By Lee Carter
BBC News, Toronto
A number of countries have competing claims for the Arctic
Canada is launching a series of military exercises in the Arctic far-north region of the country.
The so-called sovereignty operation is designed to show a visible presence in the resource-rich area, amid competing claims among other nations.
Canadian Prime Minister Stephen Harper is expected to join in some of the exercises later in the week.
Asserting Canadian sovereignty in the Arctic has been a priority for Mr Harper's conservative government.
'Show of strength'
Operation Nanook will see the Canadian Armed Forces involved in sea, land and airforce operations in the country's eastern Arctic territory.
Mr Harper is expected to join the operation midweek, when he will board both a navy frigate and a submarine during a warfare exercise.
The region was once considered barren, but a number of countries with competing claims - including Denmark and Russia - have been carefully mapping the area around the North Pole, thought to be rich in minerals and natural resources.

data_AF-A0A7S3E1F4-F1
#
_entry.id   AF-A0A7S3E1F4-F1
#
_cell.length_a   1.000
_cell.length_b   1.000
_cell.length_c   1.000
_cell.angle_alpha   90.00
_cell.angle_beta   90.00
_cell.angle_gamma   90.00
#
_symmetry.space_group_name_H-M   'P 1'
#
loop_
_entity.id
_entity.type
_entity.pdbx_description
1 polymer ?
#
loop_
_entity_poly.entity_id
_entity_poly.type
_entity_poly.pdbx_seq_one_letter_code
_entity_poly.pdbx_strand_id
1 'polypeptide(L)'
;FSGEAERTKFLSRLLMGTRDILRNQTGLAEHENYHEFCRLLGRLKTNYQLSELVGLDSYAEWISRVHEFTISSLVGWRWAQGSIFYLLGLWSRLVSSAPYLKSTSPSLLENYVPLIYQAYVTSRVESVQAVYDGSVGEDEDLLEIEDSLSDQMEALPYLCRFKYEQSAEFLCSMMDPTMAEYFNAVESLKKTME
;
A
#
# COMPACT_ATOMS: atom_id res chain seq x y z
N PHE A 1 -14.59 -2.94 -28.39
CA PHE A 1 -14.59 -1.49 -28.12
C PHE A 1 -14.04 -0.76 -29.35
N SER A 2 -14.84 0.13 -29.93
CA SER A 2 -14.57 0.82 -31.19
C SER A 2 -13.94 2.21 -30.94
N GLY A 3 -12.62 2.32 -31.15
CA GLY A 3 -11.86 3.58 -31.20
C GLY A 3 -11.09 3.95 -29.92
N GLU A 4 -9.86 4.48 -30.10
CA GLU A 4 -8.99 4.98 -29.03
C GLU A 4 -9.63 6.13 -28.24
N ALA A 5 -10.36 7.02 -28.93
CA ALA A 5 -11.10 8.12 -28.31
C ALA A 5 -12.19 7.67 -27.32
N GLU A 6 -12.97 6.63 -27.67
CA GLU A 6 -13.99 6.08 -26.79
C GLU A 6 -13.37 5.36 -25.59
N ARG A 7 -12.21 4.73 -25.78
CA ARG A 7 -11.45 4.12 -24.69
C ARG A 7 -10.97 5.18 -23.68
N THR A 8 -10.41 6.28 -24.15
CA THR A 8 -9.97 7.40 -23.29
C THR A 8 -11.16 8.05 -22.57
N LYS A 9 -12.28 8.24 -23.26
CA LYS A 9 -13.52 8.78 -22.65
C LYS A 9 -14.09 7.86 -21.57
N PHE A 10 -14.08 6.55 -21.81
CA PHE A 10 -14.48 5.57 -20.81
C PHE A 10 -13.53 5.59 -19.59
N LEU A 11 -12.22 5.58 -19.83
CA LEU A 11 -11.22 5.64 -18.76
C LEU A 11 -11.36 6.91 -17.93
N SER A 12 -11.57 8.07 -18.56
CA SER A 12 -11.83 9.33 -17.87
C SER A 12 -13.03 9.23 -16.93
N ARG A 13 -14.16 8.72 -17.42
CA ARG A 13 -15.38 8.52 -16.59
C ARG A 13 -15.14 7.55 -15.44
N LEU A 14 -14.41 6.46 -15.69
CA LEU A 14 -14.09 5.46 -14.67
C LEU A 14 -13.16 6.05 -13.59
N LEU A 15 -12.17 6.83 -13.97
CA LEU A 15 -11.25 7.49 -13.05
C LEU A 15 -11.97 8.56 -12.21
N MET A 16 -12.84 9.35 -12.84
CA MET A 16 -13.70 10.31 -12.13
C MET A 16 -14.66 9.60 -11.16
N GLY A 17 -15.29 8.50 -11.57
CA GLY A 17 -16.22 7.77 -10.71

In a symbolic gesture that won attention around the world in 2007, Russian explorers planted their country's flag on the seabed below the North Pole.
Canada is also concerned by the melting of ice each year through the fabled Northwest Passage, blamed by scientists on global warming.
The United States government has said that it does not recognise exclusive Canadian rights to the waterway, that could be a link between the Atlantic and Pacific oceans.
Some military analysts say that despite this week's show of strength, Canada does not have the resources to protect its vast Arctic territory full time.
There have been recent signs of closer co-operation in the region between Canada and Denmark.